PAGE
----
Gower Bibliography

Literary Artistry and Oral-Formulaic Tradition: The Case of Gower's Appolinus of Tyre

Olsen, Alexandra Hennessey. "Literary Artistry and Oral-Formulaic Tradition: The Case of Gower's Appolinus of Tyre." In Comparative Research on Oral Traditions: A Memorial for Milman Parry. Ed. Foley, John Miles. Columbus, Ohio: Slavica, 1987, pp. 493-509.

Review

Olsen maintains that Gower's descriptions of the hero's eleven sea-voyages in "Apollonius of Tyre" are modeled on a "type-scene" that the poet inherited from English oral poetic tradition. She borrows her description of the "type-scene" from Lee C. Ramsay's essay on "The Sea-Voyages in Beowulf" (NM 72 [1971]): "Beowulf gives an order to his men . . . and explains the purpose of his voyage. . . . He leads the way to the ship, . . . which waits at the shore laden with treasures. . . . The men depart in the ship and sail until they can observe the opposite shore. . . . They moor the ship . . . and are greeted by a coastal guardian. . . . They leave the ship and proceed to the hall." The skeptical reader, perhaps already too familiar with such passages from other works, may ask how else a sea-journey is to be described: one important point seems to be that it is described at all, for Olsen shows that nearly all of the passages she examines in "Apollonius of Tyre" are Gower's additions to a source that gives far less attention to actual journeying. As in Beowulf, she observes, these scenes provide an important transition between episodes, and they also contribute to the characterization of Apollonius as "a hero who matures into a good king" (p. 507). Olsen also claims that Gower "deliberately plays with the expectations of his audience" (p. 500) in departing from the "type-scene" she has defined in his accounts of the voyages of Thaise, the female hero, and of Taliart, the villain. The sea-voyages also function symbolically, suggesting both the overcoming of adversity in life and the journey towards death, both of which Olsen finds significant to the structure of CA as a whole. She concludes that Gower adopted the traditional "type-scene" for deliberate effect, and that we can better appreciate his literary artistry by being aware of his debt to oral-formulaic tradition. [PN. Copyright The John Gower Society. JGN 7.2]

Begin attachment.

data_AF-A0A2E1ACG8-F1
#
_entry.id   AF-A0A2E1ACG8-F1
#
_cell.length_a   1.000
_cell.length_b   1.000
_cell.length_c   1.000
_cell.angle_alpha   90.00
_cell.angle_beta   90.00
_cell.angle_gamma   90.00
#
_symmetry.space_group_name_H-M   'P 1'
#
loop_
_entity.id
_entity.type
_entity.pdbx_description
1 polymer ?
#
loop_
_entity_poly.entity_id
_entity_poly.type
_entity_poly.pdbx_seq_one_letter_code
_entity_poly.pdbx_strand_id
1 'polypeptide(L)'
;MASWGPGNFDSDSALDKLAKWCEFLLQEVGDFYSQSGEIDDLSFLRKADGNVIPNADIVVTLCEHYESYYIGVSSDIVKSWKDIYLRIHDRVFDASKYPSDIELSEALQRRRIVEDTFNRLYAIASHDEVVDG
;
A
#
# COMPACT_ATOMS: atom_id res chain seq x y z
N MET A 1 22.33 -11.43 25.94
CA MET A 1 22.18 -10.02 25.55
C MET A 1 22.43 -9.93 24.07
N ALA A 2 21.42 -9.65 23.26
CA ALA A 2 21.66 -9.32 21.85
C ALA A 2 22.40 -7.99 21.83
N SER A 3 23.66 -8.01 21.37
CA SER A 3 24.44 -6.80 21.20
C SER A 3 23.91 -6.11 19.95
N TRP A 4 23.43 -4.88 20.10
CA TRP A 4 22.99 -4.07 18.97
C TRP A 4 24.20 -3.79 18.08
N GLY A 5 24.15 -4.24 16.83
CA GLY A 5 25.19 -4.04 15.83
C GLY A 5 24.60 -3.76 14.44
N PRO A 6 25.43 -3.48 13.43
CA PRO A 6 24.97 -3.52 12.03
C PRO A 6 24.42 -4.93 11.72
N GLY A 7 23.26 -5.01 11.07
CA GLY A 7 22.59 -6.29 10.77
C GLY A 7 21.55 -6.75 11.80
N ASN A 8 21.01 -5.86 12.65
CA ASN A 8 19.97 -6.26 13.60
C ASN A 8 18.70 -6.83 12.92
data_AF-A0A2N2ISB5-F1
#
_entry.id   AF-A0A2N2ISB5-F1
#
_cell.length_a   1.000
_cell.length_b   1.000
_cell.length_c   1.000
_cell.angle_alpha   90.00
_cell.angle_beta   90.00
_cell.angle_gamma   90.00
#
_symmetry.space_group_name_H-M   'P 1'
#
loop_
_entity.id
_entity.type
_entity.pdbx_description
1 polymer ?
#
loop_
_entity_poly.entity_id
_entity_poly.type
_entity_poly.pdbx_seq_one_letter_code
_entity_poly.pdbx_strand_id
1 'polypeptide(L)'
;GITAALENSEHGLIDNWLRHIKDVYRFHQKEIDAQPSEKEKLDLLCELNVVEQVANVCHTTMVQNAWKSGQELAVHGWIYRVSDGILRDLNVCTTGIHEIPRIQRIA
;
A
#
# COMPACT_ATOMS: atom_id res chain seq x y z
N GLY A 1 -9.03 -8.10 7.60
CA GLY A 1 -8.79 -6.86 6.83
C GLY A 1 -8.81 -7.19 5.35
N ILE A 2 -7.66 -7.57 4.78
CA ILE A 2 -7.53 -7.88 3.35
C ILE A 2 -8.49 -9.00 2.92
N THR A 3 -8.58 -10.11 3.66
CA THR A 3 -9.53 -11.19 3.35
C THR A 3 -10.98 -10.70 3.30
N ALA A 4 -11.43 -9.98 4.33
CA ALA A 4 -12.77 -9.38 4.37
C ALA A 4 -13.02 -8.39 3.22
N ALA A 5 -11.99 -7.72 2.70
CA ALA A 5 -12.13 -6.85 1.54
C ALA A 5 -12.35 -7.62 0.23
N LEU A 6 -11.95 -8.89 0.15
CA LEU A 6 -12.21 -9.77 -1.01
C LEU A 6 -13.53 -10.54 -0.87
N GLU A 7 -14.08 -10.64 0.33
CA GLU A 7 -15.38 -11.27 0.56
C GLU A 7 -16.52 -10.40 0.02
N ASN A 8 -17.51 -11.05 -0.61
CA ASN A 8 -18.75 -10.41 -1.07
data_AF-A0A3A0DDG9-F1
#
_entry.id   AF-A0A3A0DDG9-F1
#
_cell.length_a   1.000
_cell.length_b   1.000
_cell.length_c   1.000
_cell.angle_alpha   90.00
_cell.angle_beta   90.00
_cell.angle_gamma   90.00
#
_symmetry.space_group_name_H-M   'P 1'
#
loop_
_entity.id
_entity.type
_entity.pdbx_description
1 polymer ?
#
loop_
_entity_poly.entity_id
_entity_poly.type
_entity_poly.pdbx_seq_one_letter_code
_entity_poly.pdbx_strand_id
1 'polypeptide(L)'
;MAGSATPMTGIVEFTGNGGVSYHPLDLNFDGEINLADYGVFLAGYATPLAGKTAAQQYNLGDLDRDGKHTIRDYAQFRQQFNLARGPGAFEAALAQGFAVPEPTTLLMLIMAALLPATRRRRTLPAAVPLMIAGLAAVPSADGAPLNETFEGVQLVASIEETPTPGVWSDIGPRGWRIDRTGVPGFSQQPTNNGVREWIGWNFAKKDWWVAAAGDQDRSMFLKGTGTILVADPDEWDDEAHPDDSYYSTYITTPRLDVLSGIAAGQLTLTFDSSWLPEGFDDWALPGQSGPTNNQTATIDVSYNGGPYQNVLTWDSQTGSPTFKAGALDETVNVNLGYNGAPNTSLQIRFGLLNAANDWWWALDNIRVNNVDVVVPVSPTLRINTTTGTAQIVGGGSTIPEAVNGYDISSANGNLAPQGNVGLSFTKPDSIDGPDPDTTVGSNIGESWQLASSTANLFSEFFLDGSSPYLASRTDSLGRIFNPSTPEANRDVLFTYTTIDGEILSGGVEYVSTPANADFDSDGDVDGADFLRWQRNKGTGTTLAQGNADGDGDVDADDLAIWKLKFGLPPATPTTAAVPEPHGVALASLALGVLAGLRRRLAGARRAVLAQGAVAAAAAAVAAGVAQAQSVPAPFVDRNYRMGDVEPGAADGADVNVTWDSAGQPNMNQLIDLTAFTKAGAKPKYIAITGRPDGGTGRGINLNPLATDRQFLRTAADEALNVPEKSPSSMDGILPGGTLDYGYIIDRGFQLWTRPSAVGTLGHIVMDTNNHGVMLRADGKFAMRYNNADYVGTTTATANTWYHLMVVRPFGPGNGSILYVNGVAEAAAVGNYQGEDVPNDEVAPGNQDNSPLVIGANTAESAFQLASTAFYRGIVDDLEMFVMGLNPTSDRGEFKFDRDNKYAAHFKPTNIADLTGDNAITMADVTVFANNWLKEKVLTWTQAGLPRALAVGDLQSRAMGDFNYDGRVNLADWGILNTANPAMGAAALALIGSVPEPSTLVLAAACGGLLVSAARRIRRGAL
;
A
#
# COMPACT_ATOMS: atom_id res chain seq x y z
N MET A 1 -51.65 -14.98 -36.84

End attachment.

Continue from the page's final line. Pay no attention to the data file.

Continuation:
Item Type:Book Section
Subjects:Sources, Analogues, and Literary Relations
Confessio Amantis

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